AP: West Virginia will get $ 2.4 million for cancer prevention programs
West Virginia is expected to receive $ 2.4 million in federal funding for cancer prevention programs. U.S. state senators on Monday announced funding from the Department of Health and Human Services. The money will go to the state health department’s cancer control programs. (18/05)
Crain’s New York Business: NY Bill Mandatory Limiting by Email Pharmacy Services for Special Drugs Advances Assembly
A New York Assembly bill that would potentially prevent patients from being forced to use email ordering services for prescription drugs (legislation that has been introduced before), advanced last week . While independent pharmacists praised the development, pharmacy benefit administrators said the bill would not only increase costs for employers and patients, but also compromise patient safety. The bill seeks to amend a 2011 law under which pharmacy benefit administrators cannot make it mandatory for patients with a prescription for “specialty drugs” to be able to get them only by mail from “specialty pharmacies.” The bill also removes the requirement for independent pharmacies to meet certain terms and conditions before they can dispense these drugs. In addition, it defined what a mail-order pharmacy is and included exemptions for collective bargaining agreements. (Sim, 17/5)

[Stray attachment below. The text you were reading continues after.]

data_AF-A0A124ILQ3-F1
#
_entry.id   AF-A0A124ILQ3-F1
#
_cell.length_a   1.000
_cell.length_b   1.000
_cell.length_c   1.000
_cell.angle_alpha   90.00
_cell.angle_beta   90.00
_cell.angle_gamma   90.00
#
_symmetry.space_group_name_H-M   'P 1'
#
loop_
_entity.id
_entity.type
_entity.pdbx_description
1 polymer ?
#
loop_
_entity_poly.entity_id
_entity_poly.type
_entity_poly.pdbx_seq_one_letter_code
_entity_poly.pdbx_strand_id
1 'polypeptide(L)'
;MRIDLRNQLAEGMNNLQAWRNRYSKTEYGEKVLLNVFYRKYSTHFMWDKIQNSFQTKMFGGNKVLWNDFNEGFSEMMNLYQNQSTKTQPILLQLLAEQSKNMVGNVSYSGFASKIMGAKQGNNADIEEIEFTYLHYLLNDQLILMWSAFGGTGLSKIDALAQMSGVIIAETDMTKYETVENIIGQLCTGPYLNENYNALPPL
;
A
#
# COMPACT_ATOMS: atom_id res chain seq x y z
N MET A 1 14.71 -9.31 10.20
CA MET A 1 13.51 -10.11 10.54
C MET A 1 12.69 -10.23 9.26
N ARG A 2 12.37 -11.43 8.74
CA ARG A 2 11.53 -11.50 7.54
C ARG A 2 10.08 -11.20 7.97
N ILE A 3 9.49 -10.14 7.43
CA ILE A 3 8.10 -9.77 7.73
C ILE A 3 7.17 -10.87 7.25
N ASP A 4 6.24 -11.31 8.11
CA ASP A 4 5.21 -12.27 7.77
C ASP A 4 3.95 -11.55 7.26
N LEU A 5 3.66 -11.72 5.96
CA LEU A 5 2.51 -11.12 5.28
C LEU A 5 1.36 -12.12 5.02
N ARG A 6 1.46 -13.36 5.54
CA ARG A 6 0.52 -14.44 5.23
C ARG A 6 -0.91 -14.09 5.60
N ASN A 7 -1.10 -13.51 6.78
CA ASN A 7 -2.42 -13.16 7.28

Capitol Beat News Service: Workers Advocate Call for Wider Paid Family Leave